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Sean's Windows 7 Install & Optimization Guide for SSDs & HDDs - Page 7

post #61 of 5040
Thread Starter 
If you have an issue updating your firmware from within Windows do this:
  1. Click Start
  2. In the Start menu, type Device Manager, hit Enter
  3. Click "IDE ATA/ATAPI Controllers"
  4. You will see AMD SATA Controller, Intel SATA controller, etc., right click and click "Properties"
  5. Go to the "Driver" tab
  6. Click "Update Driver"
  7. Click "Browse my Computer"
  8. Click "Let me pick"
  9. You will see the option to choose "Standard AHCI 1.0 Serial ATA Controller", click this and click "Next" and let it install
  10. Then reboot and try to install the new firmware for your drive now
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post #62 of 5040
Ya I changed my original thread: http://www.overclock.net/ssd/1103319-ssd-general-information-compilation.html

To reflect that change of not turning off windows defrag given it seems to be not necessary anymore.

I do agree with using a Pagefile of at least 1Gb because I've had programs be pissed at me for turning it off, so I just left it at 1000-1000 and no issues smile.gif
post #63 of 5040
Quote:
Originally Posted by kevindd992002;15527665 
So the process of manually aligning it to 4096 is the same for GPT partition styles? GPT should contain three partitions by default, ESP, MSR, and Basic Data partition.
Quote:
Originally Posted by kevindd992002;15527807 
Your alignment is set to 4096? So you just followed the steps in the OP without creating the ESP and MSR partitions required for GPT?

Hey Sean, gotta jump on this bandwagon, from a "need to know" aspect. Can you provide some insight. Below are the "standard requirements" for a GUID Partition Table (GPT) boot device.

Every GPT disk must contain an MSR, or the DATA on the disk can't be accessed properly. In your formatting senario, running diskpart on your functional SSD, are you sure you ended up with GPT, rather than MBR?

Diskpart is the only way you can see the MSR, but with the caveat below. The MSR, may not show up, without the ESP.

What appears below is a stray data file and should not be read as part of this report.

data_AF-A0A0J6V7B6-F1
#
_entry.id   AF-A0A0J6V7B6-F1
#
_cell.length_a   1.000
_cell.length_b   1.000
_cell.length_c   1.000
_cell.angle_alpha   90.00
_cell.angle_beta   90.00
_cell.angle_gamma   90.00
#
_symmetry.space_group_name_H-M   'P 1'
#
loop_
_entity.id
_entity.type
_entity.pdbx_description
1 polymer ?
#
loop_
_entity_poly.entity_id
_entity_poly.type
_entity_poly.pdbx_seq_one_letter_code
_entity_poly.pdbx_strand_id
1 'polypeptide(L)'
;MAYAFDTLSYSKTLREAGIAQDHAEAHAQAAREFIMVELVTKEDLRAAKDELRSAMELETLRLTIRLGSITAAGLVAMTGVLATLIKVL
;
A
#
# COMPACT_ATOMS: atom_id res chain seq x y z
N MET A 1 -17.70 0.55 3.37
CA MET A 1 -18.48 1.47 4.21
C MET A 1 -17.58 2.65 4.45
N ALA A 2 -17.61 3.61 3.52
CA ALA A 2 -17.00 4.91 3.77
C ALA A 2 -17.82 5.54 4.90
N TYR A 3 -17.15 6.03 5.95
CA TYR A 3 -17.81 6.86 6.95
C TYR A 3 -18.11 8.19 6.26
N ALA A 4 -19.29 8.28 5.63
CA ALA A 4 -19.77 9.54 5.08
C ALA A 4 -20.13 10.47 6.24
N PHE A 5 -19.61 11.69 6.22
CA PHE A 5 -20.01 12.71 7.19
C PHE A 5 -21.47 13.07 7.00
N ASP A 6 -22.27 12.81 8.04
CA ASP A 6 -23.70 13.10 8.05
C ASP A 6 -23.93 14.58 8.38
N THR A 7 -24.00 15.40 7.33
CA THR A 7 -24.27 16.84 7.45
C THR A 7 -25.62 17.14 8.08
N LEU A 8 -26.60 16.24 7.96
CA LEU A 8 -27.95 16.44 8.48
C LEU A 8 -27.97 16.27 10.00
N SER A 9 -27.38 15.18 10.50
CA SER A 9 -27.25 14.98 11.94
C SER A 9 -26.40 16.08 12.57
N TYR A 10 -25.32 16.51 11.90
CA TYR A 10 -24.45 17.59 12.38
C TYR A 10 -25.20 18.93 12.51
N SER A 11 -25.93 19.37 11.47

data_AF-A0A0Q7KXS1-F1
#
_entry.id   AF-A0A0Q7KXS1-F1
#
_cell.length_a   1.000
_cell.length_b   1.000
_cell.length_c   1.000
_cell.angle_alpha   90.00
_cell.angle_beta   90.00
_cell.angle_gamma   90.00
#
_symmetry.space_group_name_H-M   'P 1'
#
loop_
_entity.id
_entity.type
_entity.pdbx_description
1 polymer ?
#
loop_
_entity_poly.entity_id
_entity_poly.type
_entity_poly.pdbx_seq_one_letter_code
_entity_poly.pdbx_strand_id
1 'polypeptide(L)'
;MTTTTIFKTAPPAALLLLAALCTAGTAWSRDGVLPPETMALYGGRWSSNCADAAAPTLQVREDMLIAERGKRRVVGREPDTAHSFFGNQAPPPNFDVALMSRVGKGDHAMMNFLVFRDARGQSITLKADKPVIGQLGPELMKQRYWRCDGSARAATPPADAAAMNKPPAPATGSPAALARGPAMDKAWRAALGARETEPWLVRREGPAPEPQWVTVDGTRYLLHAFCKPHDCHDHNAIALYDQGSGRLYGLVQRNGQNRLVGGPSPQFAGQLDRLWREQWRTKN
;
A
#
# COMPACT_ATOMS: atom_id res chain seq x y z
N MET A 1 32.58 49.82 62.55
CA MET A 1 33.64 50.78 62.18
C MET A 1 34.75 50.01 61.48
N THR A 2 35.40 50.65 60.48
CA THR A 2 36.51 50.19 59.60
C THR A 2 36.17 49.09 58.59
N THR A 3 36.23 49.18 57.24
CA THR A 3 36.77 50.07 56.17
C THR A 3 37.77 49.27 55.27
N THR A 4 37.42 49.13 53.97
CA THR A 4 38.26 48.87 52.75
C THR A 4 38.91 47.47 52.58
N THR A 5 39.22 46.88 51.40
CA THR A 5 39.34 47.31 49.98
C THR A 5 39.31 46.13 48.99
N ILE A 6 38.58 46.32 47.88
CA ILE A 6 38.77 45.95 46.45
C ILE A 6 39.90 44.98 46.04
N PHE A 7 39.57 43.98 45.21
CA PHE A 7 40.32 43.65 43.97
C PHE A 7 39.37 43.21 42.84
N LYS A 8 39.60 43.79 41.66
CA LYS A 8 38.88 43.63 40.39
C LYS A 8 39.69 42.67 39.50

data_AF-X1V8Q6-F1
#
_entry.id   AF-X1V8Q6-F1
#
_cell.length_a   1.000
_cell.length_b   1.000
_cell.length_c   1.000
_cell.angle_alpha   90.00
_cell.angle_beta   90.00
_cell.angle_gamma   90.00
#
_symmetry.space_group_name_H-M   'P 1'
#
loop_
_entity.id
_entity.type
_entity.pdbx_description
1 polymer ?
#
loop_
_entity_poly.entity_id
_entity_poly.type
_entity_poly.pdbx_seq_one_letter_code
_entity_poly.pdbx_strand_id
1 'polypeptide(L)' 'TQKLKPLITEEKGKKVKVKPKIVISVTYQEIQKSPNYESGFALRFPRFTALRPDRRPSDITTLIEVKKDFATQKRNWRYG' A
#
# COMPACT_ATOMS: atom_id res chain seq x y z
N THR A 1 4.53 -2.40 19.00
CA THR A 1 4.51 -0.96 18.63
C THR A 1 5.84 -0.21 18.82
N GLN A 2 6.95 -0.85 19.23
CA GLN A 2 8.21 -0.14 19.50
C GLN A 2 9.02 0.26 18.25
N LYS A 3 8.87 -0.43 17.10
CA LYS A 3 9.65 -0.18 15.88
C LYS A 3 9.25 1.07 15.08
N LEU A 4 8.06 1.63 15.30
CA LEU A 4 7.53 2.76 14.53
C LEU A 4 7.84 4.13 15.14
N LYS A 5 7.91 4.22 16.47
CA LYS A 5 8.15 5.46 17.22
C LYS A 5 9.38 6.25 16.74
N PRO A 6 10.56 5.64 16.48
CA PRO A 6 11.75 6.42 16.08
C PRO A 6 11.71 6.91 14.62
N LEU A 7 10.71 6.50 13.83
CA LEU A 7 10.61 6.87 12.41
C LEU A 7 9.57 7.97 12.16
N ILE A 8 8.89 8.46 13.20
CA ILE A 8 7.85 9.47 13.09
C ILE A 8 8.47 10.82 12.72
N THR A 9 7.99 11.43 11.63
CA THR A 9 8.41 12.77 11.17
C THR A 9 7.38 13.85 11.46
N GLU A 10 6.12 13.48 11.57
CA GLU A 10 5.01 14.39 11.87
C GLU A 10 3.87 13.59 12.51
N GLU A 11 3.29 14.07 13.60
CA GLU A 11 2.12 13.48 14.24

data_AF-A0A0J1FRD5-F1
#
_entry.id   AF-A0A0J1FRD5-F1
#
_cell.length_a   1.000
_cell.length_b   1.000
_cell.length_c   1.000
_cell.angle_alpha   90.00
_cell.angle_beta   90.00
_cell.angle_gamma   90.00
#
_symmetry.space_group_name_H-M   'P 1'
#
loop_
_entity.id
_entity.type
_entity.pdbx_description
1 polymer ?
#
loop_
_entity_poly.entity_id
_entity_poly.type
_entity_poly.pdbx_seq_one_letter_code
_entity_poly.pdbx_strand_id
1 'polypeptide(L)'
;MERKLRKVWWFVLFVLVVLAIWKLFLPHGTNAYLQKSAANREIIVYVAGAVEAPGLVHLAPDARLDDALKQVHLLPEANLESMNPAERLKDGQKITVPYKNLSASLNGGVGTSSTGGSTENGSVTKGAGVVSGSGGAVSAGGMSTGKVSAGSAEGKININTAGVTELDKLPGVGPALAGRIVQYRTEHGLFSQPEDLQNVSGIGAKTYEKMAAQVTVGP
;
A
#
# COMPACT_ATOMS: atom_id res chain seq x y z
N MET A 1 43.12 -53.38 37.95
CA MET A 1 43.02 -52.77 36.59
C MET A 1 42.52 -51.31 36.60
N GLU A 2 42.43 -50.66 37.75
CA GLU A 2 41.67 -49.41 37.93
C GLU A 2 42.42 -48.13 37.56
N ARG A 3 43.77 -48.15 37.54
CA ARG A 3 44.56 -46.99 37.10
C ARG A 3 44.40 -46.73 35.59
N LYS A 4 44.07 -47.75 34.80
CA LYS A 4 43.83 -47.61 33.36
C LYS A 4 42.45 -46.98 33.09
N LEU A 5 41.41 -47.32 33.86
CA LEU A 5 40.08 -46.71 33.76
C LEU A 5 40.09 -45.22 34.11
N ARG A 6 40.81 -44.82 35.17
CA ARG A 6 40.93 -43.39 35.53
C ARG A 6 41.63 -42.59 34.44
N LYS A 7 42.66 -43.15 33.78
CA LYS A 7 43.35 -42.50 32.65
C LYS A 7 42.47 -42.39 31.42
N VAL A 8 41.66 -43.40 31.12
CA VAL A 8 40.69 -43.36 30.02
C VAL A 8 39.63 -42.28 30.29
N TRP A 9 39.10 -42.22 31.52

On another note....

Although it is possible to eliminate the ESP (It is very similar to the 100MB "system partition" in MBR), it is not adviseable. The ESP contains a very important piece of information as outline below:

A very important thing that is contained in this partition under GPT, is a "legacy" Protective MBR at sector 0 of the drive. This ensures a protection of the GPT disk from MBR disk tools such as Microsoft MS-DOS FDISK or Microsoft Windows NT Disk Administrator, as well as other disk programs that run in the pre-OS environment.

These type of programs are not GPT "aware". They therefore cannot access a GPT disk. This type of legacy software that does not know about GPT interprets only the Protected MBR when it accesses a GPT disk. These tools will view a GPT disk as having a single encompassing (possibly unrecognized) partition by interpreting the Protected MBR, rather than mistaking the disk for one that is unpartitioned/unformatted etc... It ensures that you can't, (or often can) run a utility outside of the OS on a GPT partition, that is looking for MBR information.

Without the ESP partition, these "legacy" (only to the new GPT disk) programs, cannot be run on a disk formatted as GPT. They actually can be run, but usually with unexpected results... "Oh ****! Where'd all my stuff go?"


Although the UEFI stores some information regarding the pre-boot environment in its firmware, it also uses this partition to store some additional preboot information. This will become more important down the road, as the UEFI starts to mature, and is used for more than just booting the PC.
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post #64 of 5040